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Economic and dam related articles

Lewiston Airport Seeks Help from City,
County to Make Up Lost Revenue

by Elaine Williams
Lewiston Tribune, August 3, 2018

(Steven Lane) When the Army Corps of Engineers built Lower Granite Dam, it also wrapped a series of levees around Lewiston, Idaho, at the confluence of the Snake and Clearwater rivers. The levees, essentially an extension of the dam 39 miles downriver, barricaded the new reservoir from Lewiston's downtown. Three decades later, the reservoir bottom is filling up with silt. Taxpayers may be asked to spend more than $300,000 to subsidize the struggling Lewiston-Nez Perce County Regional Airport in its coming fiscal year.

Figures in a draft budget the airport authority board reviewed Thursday showed Nez Perce County and the city of Lewiston, which own the airport, contributing $143,000 each to the operating budget that starts Oct. 1. Both jurisdictions also would be asked to give an additional $30,000 to the airport capital budget.

"I tried to make this as realistic and transparent as possible," said Airport Manager Stephanie Morgan. The board spent 21/2 hours reviewing the proposal without discussing any significant cuts in expenses. Minus the proposed public dollars, revenue for the operating budget is forecast at about $650,000, compared with expenses of almost $940,000.

In contrast, this year's airport operating budget is $830,000, and it includes $47,000 each from the city and county.

The board didn't focus on why it's going to be costing the airport more to operate in a year when it is losing more than half of its commercial passenger flights.

Horizon Air's service to Seattle and Boise is ending later this month. Airport operations revenue is expected to drop by more than $150,000 compared with what was originally projected.

Horizon carries about 60 percent of the passengers who use the Lewiston airport, with the remainder going on SkyWest's Salt Lake City flights.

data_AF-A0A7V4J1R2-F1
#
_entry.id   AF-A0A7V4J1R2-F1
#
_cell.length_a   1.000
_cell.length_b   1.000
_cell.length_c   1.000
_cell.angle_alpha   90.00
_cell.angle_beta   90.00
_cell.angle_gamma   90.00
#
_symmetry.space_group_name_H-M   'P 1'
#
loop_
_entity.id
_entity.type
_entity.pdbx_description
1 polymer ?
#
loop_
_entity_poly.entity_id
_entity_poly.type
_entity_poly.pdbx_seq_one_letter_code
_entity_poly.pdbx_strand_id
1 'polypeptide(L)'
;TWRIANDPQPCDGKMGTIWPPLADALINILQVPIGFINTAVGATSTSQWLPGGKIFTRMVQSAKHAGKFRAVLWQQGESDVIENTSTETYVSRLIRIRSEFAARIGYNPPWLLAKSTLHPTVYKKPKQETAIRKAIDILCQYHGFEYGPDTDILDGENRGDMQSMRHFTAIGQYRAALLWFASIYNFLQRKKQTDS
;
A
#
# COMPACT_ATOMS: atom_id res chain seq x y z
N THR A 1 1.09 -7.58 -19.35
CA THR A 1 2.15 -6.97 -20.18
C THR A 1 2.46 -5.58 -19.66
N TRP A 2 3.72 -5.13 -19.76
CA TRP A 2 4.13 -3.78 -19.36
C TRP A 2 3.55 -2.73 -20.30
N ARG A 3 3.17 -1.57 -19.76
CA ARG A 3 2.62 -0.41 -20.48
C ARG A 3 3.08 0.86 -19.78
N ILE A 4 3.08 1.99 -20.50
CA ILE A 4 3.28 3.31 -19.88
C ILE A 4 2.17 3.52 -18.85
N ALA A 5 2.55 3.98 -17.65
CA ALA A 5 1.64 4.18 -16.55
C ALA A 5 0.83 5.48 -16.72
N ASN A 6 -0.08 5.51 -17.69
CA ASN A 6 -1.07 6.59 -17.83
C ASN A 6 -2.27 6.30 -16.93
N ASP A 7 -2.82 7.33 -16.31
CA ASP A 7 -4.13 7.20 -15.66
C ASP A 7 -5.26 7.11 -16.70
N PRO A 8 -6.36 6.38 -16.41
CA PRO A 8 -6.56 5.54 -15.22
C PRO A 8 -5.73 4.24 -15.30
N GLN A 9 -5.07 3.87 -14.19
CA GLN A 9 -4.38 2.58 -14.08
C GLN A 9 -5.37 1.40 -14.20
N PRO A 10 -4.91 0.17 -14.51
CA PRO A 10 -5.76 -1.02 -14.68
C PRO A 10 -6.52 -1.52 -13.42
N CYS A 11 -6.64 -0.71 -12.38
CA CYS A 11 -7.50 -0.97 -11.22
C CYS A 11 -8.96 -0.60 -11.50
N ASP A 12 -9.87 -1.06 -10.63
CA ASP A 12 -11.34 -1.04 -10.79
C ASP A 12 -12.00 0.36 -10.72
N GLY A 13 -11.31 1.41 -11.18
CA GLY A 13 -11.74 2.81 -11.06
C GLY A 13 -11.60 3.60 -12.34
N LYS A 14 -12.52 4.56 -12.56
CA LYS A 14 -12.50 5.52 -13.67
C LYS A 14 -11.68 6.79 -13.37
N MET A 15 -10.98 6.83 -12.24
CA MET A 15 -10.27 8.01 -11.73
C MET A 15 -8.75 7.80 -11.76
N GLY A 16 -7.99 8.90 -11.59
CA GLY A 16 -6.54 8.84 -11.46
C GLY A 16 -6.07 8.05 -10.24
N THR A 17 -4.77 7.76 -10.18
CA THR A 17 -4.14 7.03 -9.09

The airport will no longer be receiving $55,000 in landing fees from Horizon, as well as almost $18,000 Horizon paid to lease space at the airport.

Fees from car rental businesses Hertz, Avis/Budget and Enterprise are predicted to drop by about $60,000 because they are based mostly on the number of days vehicles are rented from the Lewiston airport.

Board members are scheduled to meet again Monday and to continue looking at the numbers. They have requested more details about employee compensation, including a summary of how much each employee earns and what their responsibilities are.

It was presented as a lump sum of $530,000 in the draft budget, which doesn't indicate how many employees the airport has. The loss of Horizon isn't the only uncertainty the airport faces in the coming year. A new operations building is scheduled to debut Jan. 1.

It will house a new fire truck, snow removal equipment and administration offices. The airport's fire truck is now at a nearby city of Lewiston fire station. Administration offices are in the terminal and snow removal equipment is stored elsewhere at the airport.

Related Pages:
Cruise Ship Industry May Help Buoy Airport by Elaine Williams, Lewiston Tribune, 6/5/18
Low Boarding's Prompts Alaska Airlines to Stop Service at Lewiston Airport by Anna Veasquez, KLEW, 3/27/18

Elaine Williams
Lewiston Airport Seeks Help from City, County to Make Up Lost Revenue
Lewiston Tribune, August 3, 2018

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